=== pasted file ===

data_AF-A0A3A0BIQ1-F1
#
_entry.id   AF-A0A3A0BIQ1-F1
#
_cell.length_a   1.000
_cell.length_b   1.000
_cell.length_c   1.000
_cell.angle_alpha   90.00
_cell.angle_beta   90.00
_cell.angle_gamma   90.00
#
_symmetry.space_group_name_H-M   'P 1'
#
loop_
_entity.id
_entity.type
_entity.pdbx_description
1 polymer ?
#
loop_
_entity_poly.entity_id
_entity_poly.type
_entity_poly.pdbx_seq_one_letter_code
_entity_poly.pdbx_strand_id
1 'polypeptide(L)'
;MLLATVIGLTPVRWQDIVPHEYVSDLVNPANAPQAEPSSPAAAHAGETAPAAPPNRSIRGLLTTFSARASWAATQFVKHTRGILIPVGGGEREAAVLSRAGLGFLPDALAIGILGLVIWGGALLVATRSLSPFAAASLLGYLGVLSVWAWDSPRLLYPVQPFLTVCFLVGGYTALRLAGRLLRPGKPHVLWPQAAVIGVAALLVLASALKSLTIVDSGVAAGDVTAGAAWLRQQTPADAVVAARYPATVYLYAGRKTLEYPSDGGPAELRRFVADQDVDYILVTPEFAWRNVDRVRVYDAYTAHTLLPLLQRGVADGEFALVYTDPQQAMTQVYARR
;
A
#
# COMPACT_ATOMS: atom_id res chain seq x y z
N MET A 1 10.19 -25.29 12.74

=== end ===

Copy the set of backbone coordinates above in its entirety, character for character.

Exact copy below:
data_AF-A0A3A0BIQ1-F1
#
_entry.id   AF-A0A3A0BIQ1-F1
#
_cell.length_a   1.000
_cell.length_b   1.000
_cell.length_c   1.000
_cell.angle_alpha   90.00
_cell.angle_beta   90.00
_cell.angle_gamma   90.00
#
_symmetry.space_group_name_H-M   'P 1'
#
loop_
_entity.id
_entity.type
_entity.pdbx_description
1 polymer ?
#
loop_
_entity_poly.entity_id
_entity_poly.type
_entity_poly.pdbx_seq_one_letter_code
_entity_poly.pdbx_strand_id
1 'polypeptide(L)'
;MLLATVIGLTPVRWQDIVPHEYVSDLVNPANAPQAEPSSPAAAHAGETAPAAPPNRSIRGLLTTFSARASWAATQFVKHTRGILIPVGGGEREAAVLSRAGLGFLPDALAIGILGLVIWGGALLVATRSLSPFAAASLLGYLGVLSVWAWDSPRLLYPVQPFLTVCFLVGGYTALRLAGRLLRPGKPHVLWPQAAVIGVAALLVLASALKSLTIVDSGVAAGDVTAGAAWLRQQTPADAVVAARYPATVYLYAGRKTLEYPSDGGPAELRRFVADQDVDYILVTPEFAWRNVDRVRVYDAYTAHTLLPLLQRGVADGEFALVYTDPQQAMTQVYARR
;
A
#
# COMPACT_ATOMS: atom_id res chain seq x y z
N MET A 1 10.19 -25.29 12.74